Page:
Apocalyptic Planet-Part Five: Civilizations Fall


Whether it is my innate ambition, something my parents instilled in me, or something else unknown, I try to learn something new every day.  Craig Childs starts this chapter of his book by talking about a Phoenix landmark.  Back when I travelled to Phoenix regularly, I knew this place as Squaw Peak.  Now its name Is Piestewa Peak.  The name change is probably a good thing.  I never knew before reading this how dreadfully pejorative the word squaw is.  Basically, it means Indian bitch as well as other things related to the privates of women.  All languages seem to possess an accumulation of dreadful words geared to putting women down one way or another.  Slang words for the private parts of a man rarely mean anything pejorative, at least not that I know of.  The new name, a Hopi name, a blessing word, is a word that calls water to this place.  Not a bad idea in Phoenix or most of the Southwest for that matter.

The name Phoenix fits.  Underneath modern day Phoenix, an ancient city lays buried, a quite sophisticated city with ball courts, temples, irrigation canals.  This city existed at least a thousand years ago.  Its inhabitants grew corn, cotton, beans, and agave.  Farmers, hunters, carvers, all sorts of artisans and merchants apparently lived there.  Now they are called Hohokam taken from an O’odham word meaning “ancestors”, the “ones who have gone”.  We find forgotten cities all over the world, Palmyra, Machu Picchu, Angkor Wat.  What causes these sophisticated civilizations to fall?  If you read a bit, look further, you find common themes:  environmental decay, resource depletion, conflict, disease, social problems.  Angkor Wat fell because it could not maintain its complex irrigation network.  Ur in Iraq fell because a drought caused its port to dry up.  Usually, the demise of particular civilizations occur over time, e.g.Rome.

Childs notes that human patterns often follow animal patterns, or at least mammalian patterns.  For example, when over population occurs, behavior changes.  Parental care and cooperation become replaced with aggression, violence, competition for resources, dominant behaviors.  These types of behaviors are particularly detrimental to females and the young without whom the society (or animal population) cannot replace itself.  Generally, in animal populations, when this occurs, reproduction slows for several generations and the imbalance corrects itself.  For humans, it is not so simple.  Hohokam bones indicate mass starvation and malnutrition.  Other civilizations, e.g. the Anasazi, seem to have disappeared without a trace.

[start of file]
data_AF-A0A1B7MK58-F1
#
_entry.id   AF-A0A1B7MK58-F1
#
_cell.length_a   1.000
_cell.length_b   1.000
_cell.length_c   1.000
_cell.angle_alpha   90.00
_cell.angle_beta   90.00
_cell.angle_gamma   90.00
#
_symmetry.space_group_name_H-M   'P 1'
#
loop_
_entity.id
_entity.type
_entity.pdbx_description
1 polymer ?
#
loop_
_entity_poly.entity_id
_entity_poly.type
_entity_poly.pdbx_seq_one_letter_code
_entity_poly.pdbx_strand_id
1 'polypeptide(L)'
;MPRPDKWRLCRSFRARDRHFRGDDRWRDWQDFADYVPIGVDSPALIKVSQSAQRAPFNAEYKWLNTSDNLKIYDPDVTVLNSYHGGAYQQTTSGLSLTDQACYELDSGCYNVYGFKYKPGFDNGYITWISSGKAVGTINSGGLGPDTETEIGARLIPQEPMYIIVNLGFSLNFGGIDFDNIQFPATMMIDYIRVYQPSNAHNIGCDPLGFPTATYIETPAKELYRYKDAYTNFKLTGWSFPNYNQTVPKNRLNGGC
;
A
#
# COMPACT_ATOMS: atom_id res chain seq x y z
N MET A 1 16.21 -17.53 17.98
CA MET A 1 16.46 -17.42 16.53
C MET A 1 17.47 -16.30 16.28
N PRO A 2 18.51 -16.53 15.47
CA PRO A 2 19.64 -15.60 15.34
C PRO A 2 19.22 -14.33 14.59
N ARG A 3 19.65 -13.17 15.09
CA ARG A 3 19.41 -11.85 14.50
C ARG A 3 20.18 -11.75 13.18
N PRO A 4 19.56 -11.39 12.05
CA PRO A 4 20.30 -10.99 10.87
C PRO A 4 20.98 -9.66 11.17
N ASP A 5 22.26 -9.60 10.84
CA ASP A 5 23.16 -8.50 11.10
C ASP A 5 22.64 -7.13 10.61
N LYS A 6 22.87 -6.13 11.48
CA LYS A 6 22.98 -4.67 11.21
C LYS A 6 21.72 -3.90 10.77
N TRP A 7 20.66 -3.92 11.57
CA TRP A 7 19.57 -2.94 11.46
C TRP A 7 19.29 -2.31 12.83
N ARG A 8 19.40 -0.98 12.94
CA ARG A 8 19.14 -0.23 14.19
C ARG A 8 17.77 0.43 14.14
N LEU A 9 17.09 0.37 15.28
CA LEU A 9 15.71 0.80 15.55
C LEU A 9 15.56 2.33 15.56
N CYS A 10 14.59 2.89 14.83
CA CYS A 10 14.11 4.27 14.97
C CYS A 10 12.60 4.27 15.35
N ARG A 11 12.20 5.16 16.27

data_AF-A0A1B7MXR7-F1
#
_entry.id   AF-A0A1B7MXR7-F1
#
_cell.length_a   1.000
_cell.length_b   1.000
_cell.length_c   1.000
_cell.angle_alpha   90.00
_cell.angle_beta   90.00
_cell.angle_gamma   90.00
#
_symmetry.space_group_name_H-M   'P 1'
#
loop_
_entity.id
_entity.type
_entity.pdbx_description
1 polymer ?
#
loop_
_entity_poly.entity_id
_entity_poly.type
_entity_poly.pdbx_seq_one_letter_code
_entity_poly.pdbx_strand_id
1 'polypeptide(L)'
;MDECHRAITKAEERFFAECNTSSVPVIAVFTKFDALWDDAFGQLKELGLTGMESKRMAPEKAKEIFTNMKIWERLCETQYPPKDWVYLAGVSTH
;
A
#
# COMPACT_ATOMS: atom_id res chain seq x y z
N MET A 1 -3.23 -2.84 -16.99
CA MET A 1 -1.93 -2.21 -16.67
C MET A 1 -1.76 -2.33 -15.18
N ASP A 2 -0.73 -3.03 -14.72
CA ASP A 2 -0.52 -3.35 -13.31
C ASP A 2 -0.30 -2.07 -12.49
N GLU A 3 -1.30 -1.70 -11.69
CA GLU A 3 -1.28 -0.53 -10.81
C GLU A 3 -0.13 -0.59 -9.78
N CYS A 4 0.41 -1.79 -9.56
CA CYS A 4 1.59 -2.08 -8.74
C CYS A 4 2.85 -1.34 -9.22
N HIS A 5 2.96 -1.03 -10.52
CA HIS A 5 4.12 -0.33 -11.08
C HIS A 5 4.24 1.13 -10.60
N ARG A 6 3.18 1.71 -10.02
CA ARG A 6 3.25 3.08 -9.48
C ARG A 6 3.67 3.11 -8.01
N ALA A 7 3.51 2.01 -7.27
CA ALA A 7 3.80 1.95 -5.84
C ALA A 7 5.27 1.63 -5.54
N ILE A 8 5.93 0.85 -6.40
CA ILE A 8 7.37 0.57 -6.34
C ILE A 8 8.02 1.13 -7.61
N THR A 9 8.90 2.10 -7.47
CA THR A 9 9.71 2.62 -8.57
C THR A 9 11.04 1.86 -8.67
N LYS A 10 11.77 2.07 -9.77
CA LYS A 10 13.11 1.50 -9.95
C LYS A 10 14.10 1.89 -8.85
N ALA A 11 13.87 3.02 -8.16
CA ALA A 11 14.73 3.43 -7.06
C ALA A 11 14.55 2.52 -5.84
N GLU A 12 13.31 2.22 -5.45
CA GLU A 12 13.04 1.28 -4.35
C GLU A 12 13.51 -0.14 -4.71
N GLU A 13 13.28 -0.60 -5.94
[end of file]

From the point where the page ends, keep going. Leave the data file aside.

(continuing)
Today, most of the world’s largest cities have immense infrastructures that keep them going, miles of underground sewage tunnels, water mains, etc.  Here in the US in our oldest cities, much of what we take for granted is very old and deteriorating.  New York City and Chicago have water main systems that some experts claim are near collapse or at the very best badly in need of repair.  Doubtless such conditions exist in old cities throughout the world, most of which are much older and larger than the majority of cities in the US.  Yet, they continue to prosper.  Have we passed a point when civilization cannot fall?

Childs completes this discussion by describing his visit with his wife to Guatemala.  They visited all the best known Mayan sites, visited with natives.  His wife managed to get invited to a Mayan fire ceremony, a renewal ceremony.  History books tell us the Mayan civilization is dead, ended.  But it is not.  The Mayan culture still exists.   At least six million still live in the Central America.  What would have happened to Mayan cities if the Europeans had not brought epidemic diseases and better fire power?  We will never know, of course, but no matter how many civilizations rise and fall, change continues and humans continue to inhabit the earth.

The new question is this:  can this planet we live on sustain the ever increasing numbers of humans who inhabit it??

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